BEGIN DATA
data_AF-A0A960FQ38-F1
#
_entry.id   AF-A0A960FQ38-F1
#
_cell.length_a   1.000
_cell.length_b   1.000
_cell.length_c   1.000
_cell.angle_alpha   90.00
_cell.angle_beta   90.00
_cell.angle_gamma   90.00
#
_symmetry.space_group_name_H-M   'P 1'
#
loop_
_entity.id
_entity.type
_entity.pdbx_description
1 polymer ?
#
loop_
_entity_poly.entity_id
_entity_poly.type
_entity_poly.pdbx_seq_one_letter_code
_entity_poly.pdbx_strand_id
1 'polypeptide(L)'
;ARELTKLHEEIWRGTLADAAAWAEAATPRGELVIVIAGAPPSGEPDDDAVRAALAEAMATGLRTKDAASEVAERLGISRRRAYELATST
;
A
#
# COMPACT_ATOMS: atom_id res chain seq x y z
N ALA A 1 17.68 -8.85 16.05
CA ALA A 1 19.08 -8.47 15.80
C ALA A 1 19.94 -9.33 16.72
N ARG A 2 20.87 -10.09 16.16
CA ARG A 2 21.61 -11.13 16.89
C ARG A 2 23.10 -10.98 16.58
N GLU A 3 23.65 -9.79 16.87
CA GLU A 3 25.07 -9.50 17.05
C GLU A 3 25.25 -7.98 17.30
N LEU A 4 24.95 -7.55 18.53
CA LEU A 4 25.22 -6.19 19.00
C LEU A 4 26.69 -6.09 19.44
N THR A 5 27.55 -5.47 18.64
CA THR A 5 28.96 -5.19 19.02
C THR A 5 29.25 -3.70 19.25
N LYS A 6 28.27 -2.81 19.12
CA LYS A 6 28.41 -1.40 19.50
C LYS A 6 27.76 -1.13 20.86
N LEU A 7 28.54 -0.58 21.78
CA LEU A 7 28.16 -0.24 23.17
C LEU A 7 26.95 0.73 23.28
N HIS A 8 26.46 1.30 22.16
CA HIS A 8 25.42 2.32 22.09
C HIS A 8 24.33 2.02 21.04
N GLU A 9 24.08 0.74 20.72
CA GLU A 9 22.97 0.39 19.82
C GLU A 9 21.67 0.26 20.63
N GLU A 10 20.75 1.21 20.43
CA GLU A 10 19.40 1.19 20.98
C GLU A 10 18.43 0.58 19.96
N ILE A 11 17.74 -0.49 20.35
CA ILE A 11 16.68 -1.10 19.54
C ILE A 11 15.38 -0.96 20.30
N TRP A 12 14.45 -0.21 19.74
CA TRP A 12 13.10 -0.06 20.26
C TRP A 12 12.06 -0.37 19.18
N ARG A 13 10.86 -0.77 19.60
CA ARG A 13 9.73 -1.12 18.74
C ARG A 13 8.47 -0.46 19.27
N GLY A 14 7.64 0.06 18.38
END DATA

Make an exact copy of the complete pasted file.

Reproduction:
data_AF-A0A960FQ38-F1
#
_entry.id   AF-A0A960FQ38-F1
#
_cell.length_a   1.000
_cell.length_b   1.000
_cell.length_c   1.000
_cell.angle_alpha   90.00
_cell.angle_beta   90.00
_cell.angle_gamma   90.00
#
_symmetry.space_group_name_H-M   'P 1'
#
loop_
_entity.id
_entity.type
_entity.pdbx_description
1 polymer ?
#
loop_
_entity_poly.entity_id
_entity_poly.type
_entity_poly.pdbx_seq_one_letter_code
_entity_poly.pdbx_strand_id
1 'polypeptide(L)'
;ARELTKLHEEIWRGTLADAAAWAEAATPRGELVIVIAGAPPSGEPDDDAVRAALAEAMATGLRTKDAASEVAERLGISRRRAYELATST
;
A
#
# COMPACT_ATOMS: atom_id res chain seq x y z
N ALA A 1 17.68 -8.85 16.05
CA ALA A 1 19.08 -8.47 15.80
C ALA A 1 19.94 -9.33 16.72
N ARG A 2 20.87 -10.09 16.16
CA ARG A 2 21.61 -11.13 16.89
C ARG A 2 23.10 -10.98 16.58
N GLU A 3 23.65 -9.79 16.87
CA GLU A 3 25.07 -9.50 17.05
C GLU A 3 25.25 -7.98 17.30
N LEU A 4 24.95 -7.55 18.53
CA LEU A 4 25.22 -6.19 19.00
C LEU A 4 26.69 -6.09 19.44
N THR A 5 27.55 -5.47 18.64
CA THR A 5 28.96 -5.19 19.02
C THR A 5 29.25 -3.70 19.25
N LYS A 6 28.27 -2.81 19.12
CA LYS A 6 28.41 -1.40 19.50
C LYS A 6 27.76 -1.13 20.86
N LEU A 7 28.54 -0.58 21.78
CA LEU A 7 28.16 -0.24 23.17
C LEU A 7 26.95 0.73 23.28
N HIS A 8 26.46 1.30 22.16
CA HIS A 8 25.42 2.32 22.09
C HIS A 8 24.33 2.02 21.04
N GLU A 9 24.08 0.74 20.72
CA GLU A 9 22.97 0.39 19.82
C GLU A 9 21.67 0.26 20.63
N GLU A 10 20.75 1.21 20.43
CA GLU A 10 19.40 1.19 20.98
C GLU A 10 18.43 0.58 19.96
N ILE A 11 17.74 -0.49 20.35
CA ILE A 11 16.68 -1.10 19.54
C ILE A 11 15.38 -0.96 20.30
N TRP A 12 14.45 -0.21 19.74
CA TRP A 12 13.10 -0.06 20.26
C TRP A 12 12.06 -0.37 19.18
N ARG A 13 10.86 -0.77 19.60
CA ARG A 13 9.73 -1.12 18.74
C ARG A 13 8.47 -0.46 19.27
N GLY A 14 7.64 0.06 18.38